During his wife’s first pregnancy, Titus had suggested purchasing a wet nurse. Agrippina fervently refused, but agreed that the child would eventually need a body slave. Titus purchased Livia, a name given by Titus, from a market outside Rome while on a trip to visit Agrippina’s family. She was barely in her teens, but spoke some latin and was healthy. His wife was incredulous when he brought the quivering girl home, and demanded he return her for an older woman. Instead Titus placed her under the watchful eyes of Alec and the older house slaves. Livia was a fast learner and soon became skilled in the intricacies of cooking, cleaning, and entertainment. Titus remembered fondly how at the end of each week she would show him what she had learned; he felt a strange sense of pride he watched the young girl beam over a new recipe or a melody on the Tibia.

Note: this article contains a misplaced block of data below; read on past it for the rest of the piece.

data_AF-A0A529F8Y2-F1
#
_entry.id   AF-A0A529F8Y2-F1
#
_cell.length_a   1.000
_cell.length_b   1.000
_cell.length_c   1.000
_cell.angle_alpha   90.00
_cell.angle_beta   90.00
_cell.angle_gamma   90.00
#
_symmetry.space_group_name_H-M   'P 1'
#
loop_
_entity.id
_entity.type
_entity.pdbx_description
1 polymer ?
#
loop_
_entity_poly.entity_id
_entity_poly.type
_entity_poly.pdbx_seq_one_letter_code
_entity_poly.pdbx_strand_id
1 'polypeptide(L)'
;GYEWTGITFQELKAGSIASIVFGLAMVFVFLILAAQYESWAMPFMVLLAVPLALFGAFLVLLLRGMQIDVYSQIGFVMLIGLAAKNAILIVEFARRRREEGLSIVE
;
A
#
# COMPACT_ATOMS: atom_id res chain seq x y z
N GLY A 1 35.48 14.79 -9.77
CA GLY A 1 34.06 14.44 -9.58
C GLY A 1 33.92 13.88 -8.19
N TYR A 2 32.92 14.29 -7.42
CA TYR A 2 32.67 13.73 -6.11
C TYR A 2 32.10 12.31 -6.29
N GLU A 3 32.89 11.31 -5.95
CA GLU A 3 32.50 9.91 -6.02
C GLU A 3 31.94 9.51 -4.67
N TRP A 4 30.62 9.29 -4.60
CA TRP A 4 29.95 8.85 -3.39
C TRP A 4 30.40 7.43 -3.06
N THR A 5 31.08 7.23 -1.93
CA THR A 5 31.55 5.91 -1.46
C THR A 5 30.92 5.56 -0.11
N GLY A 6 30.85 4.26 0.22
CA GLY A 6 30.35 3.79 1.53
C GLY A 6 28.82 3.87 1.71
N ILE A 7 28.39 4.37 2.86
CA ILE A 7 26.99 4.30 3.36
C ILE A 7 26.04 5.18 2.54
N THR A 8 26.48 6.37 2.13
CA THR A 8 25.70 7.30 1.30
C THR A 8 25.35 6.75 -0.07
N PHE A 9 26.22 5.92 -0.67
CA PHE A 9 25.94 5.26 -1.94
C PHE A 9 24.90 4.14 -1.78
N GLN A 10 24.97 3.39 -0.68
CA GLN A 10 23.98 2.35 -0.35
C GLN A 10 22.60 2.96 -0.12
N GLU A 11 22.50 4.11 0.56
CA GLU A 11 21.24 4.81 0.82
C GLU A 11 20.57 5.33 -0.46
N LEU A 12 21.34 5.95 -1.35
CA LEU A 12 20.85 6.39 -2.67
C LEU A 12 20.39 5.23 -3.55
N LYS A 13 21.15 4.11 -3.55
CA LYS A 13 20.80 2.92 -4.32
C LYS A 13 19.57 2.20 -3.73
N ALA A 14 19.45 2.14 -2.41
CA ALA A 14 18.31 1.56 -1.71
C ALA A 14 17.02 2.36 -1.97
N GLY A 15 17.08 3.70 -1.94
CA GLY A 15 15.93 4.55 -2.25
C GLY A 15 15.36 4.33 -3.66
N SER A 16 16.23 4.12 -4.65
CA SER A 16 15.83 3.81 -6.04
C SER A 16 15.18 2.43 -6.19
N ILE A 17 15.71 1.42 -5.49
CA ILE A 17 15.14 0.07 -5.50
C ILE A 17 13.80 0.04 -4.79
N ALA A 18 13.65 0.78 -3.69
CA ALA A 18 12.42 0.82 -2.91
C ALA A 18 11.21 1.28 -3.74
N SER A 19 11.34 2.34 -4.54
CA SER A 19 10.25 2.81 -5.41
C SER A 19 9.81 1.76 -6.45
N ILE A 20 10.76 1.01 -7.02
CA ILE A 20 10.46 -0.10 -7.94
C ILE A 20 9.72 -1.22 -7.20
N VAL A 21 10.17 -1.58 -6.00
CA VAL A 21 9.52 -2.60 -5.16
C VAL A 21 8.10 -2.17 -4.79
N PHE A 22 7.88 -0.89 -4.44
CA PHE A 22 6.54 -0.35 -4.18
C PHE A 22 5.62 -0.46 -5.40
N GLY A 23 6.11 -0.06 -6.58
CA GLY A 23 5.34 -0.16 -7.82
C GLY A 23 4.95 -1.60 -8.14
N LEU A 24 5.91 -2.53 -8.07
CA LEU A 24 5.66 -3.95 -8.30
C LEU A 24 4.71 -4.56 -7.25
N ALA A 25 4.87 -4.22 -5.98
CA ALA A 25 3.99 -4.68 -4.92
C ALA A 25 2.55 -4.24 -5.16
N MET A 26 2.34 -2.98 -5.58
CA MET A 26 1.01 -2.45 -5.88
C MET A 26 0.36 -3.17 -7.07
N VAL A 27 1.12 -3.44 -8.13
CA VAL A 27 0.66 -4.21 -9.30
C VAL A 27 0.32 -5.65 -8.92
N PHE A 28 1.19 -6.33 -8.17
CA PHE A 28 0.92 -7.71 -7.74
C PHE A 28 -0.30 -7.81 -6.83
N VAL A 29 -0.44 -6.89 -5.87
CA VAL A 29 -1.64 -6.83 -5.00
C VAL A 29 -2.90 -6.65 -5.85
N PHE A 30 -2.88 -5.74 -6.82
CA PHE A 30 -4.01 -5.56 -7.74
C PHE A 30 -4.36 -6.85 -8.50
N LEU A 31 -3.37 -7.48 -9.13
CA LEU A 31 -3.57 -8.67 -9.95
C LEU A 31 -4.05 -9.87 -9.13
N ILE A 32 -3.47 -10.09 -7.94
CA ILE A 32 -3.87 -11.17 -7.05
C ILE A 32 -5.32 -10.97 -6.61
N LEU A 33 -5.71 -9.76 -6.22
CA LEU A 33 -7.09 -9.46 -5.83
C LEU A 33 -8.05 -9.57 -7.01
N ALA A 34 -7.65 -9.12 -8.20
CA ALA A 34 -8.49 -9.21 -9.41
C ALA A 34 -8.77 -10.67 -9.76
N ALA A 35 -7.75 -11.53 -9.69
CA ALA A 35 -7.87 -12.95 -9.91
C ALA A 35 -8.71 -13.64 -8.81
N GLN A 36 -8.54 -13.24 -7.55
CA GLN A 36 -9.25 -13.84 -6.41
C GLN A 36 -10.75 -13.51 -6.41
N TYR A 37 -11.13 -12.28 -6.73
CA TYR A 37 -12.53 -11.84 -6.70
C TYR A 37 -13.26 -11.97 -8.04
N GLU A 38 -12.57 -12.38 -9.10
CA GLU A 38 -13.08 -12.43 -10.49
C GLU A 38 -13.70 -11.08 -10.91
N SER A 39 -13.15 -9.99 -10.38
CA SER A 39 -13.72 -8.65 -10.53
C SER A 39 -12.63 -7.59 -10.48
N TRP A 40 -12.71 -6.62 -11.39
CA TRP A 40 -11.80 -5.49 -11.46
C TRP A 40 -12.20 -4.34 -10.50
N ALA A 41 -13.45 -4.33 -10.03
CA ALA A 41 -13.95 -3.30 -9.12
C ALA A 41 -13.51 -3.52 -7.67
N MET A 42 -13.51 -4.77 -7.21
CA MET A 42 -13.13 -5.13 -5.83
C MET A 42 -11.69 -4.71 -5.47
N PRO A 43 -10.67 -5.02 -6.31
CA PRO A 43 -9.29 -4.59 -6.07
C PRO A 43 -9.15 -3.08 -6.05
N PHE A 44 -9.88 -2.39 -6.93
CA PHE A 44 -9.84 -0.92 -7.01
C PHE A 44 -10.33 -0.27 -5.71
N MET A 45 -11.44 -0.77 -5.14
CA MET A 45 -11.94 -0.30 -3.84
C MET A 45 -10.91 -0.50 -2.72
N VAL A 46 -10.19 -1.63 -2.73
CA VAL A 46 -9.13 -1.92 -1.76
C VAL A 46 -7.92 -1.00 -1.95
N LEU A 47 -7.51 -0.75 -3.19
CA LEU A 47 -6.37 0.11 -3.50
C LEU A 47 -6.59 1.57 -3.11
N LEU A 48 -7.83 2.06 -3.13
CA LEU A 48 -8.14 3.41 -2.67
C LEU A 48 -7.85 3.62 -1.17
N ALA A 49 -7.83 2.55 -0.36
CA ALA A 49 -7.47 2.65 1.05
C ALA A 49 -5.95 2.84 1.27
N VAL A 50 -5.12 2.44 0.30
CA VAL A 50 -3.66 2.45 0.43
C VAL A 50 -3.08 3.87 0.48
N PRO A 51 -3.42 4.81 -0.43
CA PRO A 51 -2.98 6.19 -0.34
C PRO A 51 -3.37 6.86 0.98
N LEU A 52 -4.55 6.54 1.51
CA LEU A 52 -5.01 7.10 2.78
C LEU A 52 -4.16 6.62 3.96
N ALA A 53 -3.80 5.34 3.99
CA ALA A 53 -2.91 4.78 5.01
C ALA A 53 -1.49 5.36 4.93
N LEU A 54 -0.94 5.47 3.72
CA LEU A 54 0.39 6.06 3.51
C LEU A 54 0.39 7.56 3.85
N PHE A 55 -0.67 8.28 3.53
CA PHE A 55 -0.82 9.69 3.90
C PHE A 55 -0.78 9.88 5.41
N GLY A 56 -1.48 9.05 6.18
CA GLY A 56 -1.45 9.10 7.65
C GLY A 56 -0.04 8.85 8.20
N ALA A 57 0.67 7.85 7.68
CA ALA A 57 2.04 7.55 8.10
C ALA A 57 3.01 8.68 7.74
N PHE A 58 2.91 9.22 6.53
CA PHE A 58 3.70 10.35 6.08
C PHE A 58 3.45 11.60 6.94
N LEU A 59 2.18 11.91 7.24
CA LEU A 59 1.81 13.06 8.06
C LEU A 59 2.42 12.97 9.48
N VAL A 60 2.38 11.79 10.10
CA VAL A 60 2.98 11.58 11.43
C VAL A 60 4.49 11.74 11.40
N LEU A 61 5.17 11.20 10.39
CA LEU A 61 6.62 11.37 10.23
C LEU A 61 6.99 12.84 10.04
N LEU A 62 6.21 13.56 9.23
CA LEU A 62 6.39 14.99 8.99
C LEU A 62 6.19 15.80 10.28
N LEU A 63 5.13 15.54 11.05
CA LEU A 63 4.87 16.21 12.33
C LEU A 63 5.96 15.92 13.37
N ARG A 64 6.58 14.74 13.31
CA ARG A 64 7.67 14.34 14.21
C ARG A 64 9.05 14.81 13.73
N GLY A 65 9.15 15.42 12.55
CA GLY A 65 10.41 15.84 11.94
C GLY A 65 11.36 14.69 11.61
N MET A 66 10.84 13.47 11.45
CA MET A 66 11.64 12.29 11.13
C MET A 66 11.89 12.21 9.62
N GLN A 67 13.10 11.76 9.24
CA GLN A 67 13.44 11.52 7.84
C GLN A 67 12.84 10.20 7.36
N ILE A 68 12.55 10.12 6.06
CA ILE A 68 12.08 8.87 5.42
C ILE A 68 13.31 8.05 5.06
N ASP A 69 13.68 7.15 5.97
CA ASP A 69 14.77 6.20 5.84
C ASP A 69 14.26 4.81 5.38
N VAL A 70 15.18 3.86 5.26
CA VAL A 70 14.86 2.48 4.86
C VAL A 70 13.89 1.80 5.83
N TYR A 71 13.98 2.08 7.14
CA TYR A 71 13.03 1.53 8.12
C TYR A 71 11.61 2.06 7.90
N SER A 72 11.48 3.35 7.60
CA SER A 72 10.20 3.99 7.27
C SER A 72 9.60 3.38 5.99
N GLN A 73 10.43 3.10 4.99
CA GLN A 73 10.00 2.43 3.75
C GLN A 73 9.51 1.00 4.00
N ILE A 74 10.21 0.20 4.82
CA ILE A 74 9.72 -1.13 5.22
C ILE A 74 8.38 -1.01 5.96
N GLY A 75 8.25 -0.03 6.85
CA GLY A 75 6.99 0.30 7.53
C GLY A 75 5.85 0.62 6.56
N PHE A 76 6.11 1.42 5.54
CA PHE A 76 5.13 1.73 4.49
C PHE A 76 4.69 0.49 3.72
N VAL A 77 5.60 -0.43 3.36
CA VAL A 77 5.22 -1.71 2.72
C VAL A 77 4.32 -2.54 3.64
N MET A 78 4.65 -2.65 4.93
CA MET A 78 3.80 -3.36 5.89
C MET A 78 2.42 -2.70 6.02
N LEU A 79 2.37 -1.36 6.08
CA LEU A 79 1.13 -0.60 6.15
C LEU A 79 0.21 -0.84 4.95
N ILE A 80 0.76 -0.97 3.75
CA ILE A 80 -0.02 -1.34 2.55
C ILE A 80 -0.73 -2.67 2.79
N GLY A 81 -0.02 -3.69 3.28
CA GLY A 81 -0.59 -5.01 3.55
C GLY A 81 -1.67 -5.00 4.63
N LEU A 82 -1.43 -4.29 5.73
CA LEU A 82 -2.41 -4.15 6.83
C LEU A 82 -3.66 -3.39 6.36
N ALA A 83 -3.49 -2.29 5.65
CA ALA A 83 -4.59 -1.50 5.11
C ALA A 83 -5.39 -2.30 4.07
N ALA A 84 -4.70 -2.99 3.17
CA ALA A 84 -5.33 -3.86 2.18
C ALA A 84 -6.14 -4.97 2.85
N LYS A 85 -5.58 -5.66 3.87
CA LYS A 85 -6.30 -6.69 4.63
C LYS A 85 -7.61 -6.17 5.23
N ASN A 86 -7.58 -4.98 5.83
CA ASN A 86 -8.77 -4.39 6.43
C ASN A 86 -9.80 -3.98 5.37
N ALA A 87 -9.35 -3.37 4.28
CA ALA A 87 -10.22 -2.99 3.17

Although Livia was too young to nurse the child herself, she otherwise fulfilled the role of the nutrix as Titus continued to grow his business and his wife lavished in the rewards. As the boy grew, Livia’s role transitioned to become the body slave for Titus’s rambunctious son. Titus fondly reminisced the times when he would be interrupted by the sound of shattering pottery followed by his son running down the halls of the villa hotly pursued by Livia.